Ex-Australian Broadcasting Authority board members Tim O'Keefe and Peter Webb, who both head their own digital media consultancies, said it was possible that Australia's uptake of interactive television would echo that of the UK, where it took three years to attain widespread consumer appeal.
They said that although it would not necessarily take interactive television that long to reach the same levels of popularity locally, the UK interactive television industry was "much more sophisticated" than its Australian counterpart, they said.
The British Broadcasting Corporation has dedicated 70 staff to "repurposing" content specifically for interactive television, whereas its free-to-air Australian counterparts used existing staff to "multi-purpose" content non-specifically, they said.
Commercial television stations were still stuck in the "contemplative stage, with technical problems still to be resolved and business models still to be drawn up", Webb said.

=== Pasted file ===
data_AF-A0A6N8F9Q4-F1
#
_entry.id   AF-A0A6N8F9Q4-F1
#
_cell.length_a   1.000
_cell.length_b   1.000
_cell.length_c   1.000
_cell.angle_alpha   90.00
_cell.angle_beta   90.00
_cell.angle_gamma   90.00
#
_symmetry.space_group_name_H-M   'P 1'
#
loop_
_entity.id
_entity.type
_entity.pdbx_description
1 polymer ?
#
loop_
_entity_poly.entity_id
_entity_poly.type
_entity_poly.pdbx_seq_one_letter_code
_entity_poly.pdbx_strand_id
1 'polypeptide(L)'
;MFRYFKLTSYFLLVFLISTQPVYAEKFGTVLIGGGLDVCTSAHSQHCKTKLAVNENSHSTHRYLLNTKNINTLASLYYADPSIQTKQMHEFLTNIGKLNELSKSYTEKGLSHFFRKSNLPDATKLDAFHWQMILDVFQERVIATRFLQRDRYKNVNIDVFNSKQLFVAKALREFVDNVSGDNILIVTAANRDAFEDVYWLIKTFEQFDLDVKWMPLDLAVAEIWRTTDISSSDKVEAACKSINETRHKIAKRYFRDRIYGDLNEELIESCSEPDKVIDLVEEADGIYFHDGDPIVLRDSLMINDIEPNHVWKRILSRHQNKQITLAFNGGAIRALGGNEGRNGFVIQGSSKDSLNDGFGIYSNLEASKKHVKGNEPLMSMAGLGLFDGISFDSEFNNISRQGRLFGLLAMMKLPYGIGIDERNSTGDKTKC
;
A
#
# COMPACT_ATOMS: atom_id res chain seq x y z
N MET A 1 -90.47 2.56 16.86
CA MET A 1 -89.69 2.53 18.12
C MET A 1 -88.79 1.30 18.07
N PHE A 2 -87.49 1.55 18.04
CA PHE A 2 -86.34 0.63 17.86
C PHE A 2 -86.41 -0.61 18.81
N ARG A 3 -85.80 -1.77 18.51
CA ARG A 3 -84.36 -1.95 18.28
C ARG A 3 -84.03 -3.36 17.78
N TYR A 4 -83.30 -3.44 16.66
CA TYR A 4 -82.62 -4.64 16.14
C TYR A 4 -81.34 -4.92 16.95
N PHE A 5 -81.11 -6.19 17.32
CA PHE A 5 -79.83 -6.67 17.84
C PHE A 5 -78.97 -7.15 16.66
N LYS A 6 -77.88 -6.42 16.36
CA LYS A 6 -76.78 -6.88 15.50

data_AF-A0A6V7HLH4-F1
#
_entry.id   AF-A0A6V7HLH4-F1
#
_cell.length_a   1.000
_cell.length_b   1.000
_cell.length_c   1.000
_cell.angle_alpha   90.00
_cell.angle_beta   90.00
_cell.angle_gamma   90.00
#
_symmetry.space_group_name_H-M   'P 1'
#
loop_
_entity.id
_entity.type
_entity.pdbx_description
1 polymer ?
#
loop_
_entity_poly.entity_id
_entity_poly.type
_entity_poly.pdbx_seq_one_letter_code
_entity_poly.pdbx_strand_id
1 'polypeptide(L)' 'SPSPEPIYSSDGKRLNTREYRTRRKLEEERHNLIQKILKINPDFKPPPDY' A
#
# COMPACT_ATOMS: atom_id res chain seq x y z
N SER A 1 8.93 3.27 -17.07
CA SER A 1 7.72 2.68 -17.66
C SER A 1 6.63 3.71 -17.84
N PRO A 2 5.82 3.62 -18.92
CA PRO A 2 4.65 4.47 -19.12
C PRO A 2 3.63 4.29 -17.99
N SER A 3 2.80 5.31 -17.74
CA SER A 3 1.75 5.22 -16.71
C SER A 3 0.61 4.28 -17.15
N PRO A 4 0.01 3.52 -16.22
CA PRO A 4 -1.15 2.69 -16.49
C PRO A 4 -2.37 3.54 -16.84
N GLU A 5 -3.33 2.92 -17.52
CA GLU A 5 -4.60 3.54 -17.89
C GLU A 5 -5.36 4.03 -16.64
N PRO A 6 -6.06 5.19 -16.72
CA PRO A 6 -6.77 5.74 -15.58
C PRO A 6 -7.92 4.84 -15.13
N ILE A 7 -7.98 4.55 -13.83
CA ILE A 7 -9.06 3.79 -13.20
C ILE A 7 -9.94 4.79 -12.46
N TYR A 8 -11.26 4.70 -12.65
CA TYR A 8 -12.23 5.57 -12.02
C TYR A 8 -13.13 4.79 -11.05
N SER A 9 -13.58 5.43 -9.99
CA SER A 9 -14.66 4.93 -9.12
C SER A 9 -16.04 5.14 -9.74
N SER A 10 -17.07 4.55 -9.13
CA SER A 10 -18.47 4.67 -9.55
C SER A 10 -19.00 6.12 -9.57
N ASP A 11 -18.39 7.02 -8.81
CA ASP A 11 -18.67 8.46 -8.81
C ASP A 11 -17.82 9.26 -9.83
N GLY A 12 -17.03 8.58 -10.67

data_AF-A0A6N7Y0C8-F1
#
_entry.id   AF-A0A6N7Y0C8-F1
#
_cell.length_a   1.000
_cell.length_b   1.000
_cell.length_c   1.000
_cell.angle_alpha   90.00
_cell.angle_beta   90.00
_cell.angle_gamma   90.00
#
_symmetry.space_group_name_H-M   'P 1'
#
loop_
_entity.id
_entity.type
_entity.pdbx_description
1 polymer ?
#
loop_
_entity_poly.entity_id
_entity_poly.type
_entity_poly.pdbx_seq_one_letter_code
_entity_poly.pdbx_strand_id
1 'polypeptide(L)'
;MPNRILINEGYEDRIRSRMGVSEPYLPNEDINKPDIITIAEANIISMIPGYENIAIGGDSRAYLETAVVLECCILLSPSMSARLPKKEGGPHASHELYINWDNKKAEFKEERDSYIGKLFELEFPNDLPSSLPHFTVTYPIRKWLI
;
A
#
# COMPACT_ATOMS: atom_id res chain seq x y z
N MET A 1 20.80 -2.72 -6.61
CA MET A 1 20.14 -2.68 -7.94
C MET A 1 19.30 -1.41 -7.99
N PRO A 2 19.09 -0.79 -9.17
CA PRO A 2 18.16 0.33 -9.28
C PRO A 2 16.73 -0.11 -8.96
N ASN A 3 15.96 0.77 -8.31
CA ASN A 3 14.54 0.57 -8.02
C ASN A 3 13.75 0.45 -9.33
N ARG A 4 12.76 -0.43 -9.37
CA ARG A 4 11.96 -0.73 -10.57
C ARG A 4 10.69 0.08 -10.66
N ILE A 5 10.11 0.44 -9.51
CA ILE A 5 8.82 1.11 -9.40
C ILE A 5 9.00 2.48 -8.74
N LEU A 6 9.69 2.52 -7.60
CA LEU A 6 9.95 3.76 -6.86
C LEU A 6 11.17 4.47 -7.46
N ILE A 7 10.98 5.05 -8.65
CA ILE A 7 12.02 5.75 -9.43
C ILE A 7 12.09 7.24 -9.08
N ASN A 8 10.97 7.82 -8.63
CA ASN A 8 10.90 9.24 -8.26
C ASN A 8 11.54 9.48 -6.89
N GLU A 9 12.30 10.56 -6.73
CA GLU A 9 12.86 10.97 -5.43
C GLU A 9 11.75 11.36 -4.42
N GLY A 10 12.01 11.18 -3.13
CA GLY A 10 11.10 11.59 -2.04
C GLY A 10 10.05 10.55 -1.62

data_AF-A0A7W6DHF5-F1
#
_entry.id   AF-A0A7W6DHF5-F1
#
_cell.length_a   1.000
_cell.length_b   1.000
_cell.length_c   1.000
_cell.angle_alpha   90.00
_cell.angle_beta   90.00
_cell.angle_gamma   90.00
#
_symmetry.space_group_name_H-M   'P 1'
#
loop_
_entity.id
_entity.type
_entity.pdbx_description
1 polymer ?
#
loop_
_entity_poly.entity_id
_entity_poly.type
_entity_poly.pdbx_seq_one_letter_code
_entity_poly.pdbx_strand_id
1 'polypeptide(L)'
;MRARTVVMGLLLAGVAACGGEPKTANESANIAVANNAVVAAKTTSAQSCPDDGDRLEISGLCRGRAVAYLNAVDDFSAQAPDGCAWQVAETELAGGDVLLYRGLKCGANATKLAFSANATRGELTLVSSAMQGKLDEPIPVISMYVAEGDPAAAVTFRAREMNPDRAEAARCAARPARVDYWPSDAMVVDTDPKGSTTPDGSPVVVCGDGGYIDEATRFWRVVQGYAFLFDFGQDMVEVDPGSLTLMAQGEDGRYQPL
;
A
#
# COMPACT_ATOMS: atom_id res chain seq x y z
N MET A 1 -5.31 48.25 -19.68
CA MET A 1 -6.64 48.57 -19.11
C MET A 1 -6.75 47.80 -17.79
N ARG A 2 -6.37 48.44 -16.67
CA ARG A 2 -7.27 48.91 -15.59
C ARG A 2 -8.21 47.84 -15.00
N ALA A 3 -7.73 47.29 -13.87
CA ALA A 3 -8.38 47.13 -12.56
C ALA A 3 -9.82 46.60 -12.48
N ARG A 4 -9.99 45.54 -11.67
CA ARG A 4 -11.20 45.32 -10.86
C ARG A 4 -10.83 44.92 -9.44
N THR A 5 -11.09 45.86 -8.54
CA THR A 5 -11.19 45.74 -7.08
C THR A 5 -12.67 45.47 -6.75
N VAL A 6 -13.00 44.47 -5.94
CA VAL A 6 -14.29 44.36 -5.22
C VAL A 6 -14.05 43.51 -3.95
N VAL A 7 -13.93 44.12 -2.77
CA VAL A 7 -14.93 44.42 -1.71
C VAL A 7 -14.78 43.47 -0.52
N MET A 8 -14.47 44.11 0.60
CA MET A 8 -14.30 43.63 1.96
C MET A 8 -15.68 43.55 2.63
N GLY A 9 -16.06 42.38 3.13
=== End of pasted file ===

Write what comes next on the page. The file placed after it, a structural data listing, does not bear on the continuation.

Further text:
Interactive television in Australia will get off to a "ragged start", he said.
The consultants said viable business models and significant investor commitment would still need to be found in order to kick-start the country's interactive television industry after January 1 2001, when datacasting licences take effect.
Investors in interactive television operations would need to be both adventurous and patient, as significant revenues were only expected to be achieved through a critical customer base, they said.